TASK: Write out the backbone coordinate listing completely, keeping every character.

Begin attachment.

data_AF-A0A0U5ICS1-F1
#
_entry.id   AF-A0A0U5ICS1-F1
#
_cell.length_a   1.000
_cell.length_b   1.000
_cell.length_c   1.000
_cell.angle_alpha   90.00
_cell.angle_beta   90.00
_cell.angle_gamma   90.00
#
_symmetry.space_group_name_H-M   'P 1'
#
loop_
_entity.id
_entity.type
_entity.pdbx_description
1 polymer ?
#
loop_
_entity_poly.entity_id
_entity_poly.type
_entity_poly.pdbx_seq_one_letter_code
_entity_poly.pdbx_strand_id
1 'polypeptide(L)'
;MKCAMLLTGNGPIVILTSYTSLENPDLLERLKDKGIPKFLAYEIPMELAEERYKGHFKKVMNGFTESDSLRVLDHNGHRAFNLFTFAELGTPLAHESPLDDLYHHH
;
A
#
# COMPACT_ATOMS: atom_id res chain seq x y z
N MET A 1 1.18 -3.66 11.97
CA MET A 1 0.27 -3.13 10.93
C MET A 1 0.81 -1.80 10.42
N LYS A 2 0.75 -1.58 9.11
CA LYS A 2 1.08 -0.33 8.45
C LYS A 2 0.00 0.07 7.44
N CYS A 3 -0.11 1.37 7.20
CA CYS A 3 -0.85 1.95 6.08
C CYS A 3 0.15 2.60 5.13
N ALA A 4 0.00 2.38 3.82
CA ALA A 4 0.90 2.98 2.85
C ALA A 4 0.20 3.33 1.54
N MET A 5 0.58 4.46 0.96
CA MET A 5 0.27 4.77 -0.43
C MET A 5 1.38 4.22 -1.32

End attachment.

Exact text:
data_AF-A0A0U5ICS1-F1
#
_entry.id   AF-A0A0U5ICS1-F1
#
_cell.length_a   1.000
_cell.length_b   1.000
_cell.length_c   1.000
_cell.angle_alpha   90.00
_cell.angle_beta   90.00
_cell.angle_gamma   90.00
#
_symmetry.space_group_name_H-M   'P 1'
#
loop_
_entity.id
_entity.type
_entity.pdbx_description
1 polymer ?
#
loop_
_entity_poly.entity_id
_entity_poly.type
_entity_poly.pdbx_seq_one_letter_code
_entity_poly.pdbx_strand_id
1 'polypeptide(L)'
;MKCAMLLTGNGPIVILTSYTSLENPDLLERLKDKGIPKFLAYEIPMELAEERYKGHFKKVMNGFTESDSLRVLDHNGHRAFNLFTFAELGTPLAHESPLDDLYHHH
;
A
#
# COMPACT_ATOMS: atom_id res chain seq x y z
N MET A 1 1.18 -3.66 11.97
CA MET A 1 0.27 -3.13 10.93
C MET A 1 0.81 -1.80 10.42
N LYS A 2 0.75 -1.58 9.11
CA LYS A 2 1.08 -0.33 8.45
C LYS A 2 0.00 0.07 7.44
N CYS A 3 -0.11 1.37 7.20
CA CYS A 3 -0.85 1.95 6.08
C CYS A 3 0.15 2.60 5.13
N ALA A 4 0.00 2.38 3.82
CA ALA A 4 0.90 2.98 2.85
C ALA A 4 0.20 3.33 1.54
N MET A 5 0.58 4.46 0.96
CA MET A 5 0.27 4.77 -0.43
C MET A 5 1.38 4.22 -1.32